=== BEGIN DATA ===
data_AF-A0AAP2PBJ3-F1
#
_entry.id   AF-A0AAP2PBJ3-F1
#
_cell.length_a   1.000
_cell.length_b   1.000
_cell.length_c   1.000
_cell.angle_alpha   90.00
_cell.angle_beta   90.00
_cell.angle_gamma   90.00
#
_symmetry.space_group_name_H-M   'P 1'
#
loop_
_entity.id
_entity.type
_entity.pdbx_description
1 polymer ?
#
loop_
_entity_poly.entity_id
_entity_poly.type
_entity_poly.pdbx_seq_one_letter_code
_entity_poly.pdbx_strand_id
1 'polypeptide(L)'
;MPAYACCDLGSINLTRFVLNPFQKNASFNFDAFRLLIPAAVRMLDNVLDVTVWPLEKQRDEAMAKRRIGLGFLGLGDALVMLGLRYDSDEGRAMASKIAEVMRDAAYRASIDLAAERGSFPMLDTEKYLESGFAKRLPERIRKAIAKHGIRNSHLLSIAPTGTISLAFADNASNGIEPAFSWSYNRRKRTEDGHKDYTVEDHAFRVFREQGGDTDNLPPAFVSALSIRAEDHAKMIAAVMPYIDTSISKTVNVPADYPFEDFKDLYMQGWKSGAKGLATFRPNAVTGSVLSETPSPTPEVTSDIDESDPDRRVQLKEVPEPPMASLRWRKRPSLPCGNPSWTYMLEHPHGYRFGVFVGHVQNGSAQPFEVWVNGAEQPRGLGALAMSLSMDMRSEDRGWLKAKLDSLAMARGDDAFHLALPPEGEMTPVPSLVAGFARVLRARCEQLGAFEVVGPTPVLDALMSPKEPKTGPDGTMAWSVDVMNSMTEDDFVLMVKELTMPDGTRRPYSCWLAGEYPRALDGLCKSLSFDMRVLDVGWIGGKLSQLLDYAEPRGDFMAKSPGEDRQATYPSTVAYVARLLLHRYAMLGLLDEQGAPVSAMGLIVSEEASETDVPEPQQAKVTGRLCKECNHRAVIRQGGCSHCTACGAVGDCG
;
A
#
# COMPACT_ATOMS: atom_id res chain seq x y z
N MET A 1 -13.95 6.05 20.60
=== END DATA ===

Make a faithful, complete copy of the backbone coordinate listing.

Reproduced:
data_AF-A0AAP2PBJ3-F1
#
_entry.id   AF-A0AAP2PBJ3-F1
#
_cell.length_a   1.000
_cell.length_b   1.000
_cell.length_c   1.000
_cell.angle_alpha   90.00
_cell.angle_beta   90.00
_cell.angle_gamma   90.00
#
_symmetry.space_group_name_H-M   'P 1'
#
loop_
_entity.id
_entity.type
_entity.pdbx_description
1 polymer ?
#
loop_
_entity_poly.entity_id
_entity_poly.type
_entity_poly.pdbx_seq_one_letter_code
_entity_poly.pdbx_strand_id
1 'polypeptide(L)'
;MPAYACCDLGSINLTRFVLNPFQKNASFNFDAFRLLIPAAVRMLDNVLDVTVWPLEKQRDEAMAKRRIGLGFLGLGDALVMLGLRYDSDEGRAMASKIAEVMRDAAYRASIDLAAERGSFPMLDTEKYLESGFAKRLPERIRKAIAKHGIRNSHLLSIAPTGTISLAFADNASNGIEPAFSWSYNRRKRTEDGHKDYTVEDHAFRVFREQGGDTDNLPPAFVSALSIRAEDHAKMIAAVMPYIDTSISKTVNVPADYPFEDFKDLYMQGWKSGAKGLATFRPNAVTGSVLSETPSPTPEVTSDIDESDPDRRVQLKEVPEPPMASLRWRKRPSLPCGNPSWTYMLEHPHGYRFGVFVGHVQNGSAQPFEVWVNGAEQPRGLGALAMSLSMDMRSEDRGWLKAKLDSLAMARGDDAFHLALPPEGEMTPVPSLVAGFARVLRARCEQLGAFEVVGPTPVLDALMSPKEPKTGPDGTMAWSVDVMNSMTEDDFVLMVKELTMPDGTRRPYSCWLAGEYPRALDGLCKSLSFDMRVLDVGWIGGKLSQLLDYAEPRGDFMAKSPGEDRQATYPSTVAYVARLLLHRYAMLGLLDEQGAPVSAMGLIVSEEASETDVPEPQQAKVTGRLCKECNHRAVIRQGGCSHCTACGAVGDCG
;
A
#
# COMPACT_ATOMS: atom_id res chain seq x y z
N MET A 1 -13.95 6.05 20.60